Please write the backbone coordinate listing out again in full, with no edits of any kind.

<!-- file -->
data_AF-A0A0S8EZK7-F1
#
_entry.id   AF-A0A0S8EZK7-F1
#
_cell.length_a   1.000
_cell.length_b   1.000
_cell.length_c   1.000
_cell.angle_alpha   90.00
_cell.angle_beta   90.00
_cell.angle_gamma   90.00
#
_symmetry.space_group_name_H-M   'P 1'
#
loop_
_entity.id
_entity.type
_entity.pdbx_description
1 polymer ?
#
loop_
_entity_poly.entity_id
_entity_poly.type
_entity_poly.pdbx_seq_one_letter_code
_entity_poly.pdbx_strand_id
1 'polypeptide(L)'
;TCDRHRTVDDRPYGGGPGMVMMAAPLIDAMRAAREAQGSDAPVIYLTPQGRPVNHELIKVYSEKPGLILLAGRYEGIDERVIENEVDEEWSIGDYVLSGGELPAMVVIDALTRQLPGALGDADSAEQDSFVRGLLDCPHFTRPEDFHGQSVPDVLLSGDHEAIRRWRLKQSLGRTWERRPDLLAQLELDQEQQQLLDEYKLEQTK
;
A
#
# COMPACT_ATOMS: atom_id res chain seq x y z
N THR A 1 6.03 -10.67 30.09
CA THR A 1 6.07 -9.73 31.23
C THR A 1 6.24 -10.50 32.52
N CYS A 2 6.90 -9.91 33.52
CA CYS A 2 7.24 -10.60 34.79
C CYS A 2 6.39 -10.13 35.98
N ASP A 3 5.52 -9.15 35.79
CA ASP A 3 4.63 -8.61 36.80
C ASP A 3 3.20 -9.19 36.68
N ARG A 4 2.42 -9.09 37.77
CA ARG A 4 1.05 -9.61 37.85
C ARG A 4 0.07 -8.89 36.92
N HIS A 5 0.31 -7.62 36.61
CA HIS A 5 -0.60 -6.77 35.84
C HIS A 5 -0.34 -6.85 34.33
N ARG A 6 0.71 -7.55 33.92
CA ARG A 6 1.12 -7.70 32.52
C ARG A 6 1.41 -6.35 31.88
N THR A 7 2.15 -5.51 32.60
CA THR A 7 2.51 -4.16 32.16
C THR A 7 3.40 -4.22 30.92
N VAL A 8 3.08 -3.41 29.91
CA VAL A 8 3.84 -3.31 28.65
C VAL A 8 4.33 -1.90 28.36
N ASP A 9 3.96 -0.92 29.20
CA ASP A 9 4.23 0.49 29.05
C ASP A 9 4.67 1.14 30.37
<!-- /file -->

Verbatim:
data_AF-A0A0S8EZK7-F1
#
_entry.id   AF-A0A0S8EZK7-F1
#
_cell.length_a   1.000
_cell.length_b   1.000
_cell.length_c   1.000
_cell.angle_alpha   90.00
_cell.angle_beta   90.00
_cell.angle_gamma   90.00
#
_symmetry.space_group_name_H-M   'P 1'
#
loop_
_entity.id
_entity.type
_entity.pdbx_description
1 polymer ?
#
loop_
_entity_poly.entity_id
_entity_poly.type
_entity_poly.pdbx_seq_one_letter_code
_entity_poly.pdbx_strand_id
1 'polypeptide(L)'
;TCDRHRTVDDRPYGGGPGMVMMAAPLIDAMRAAREAQGSDAPVIYLTPQGRPVNHELIKVYSEKPGLILLAGRYEGIDERVIENEVDEEWSIGDYVLSGGELPAMVVIDALTRQLPGALGDADSAEQDSFVRGLLDCPHFTRPEDFHGQSVPDVLLSGDHEAIRRWRLKQSLGRTWERRPDLLAQLELDQEQQQLLDEYKLEQTK
;
A
#
# COMPACT_ATOMS: atom_id res chain seq x y z
N THR A 1 6.03 -10.67 30.09
CA THR A 1 6.07 -9.73 31.23
C THR A 1 6.24 -10.50 32.52
N CYS A 2 6.90 -9.91 33.52
CA CYS A 2 7.24 -10.60 34.79
C CYS A 2 6.39 -10.13 35.98
N ASP A 3 5.52 -9.15 35.79
CA ASP A 3 4.63 -8.61 36.80
C ASP A 3 3.20 -9.19 36.68
N ARG A 4 2.42 -9.09 37.77
CA ARG A 4 1.05 -9.61 37.85
C ARG A 4 0.07 -8.89 36.92
N HIS A 5 0.31 -7.62 36.61
CA HIS A 5 -0.60 -6.77 35.84
C HIS A 5 -0.34 -6.85 34.33
N ARG A 6 0.71 -7.55 33.92
CA ARG A 6 1.12 -7.70 32.52
C ARG A 6 1.41 -6.35 31.88
N THR A 7 2.15 -5.51 32.60
CA THR A 7 2.51 -4.16 32.16
C THR A 7 3.40 -4.22 30.92
N VAL A 8 3.08 -3.41 29.91
CA VAL A 8 3.84 -3.31 28.65
C VAL A 8 4.33 -1.90 28.36
N ASP A 9 3.96 -0.92 29.20
CA ASP A 9 4.23 0.49 29.05
C ASP A 9 4.67 1.14 30.37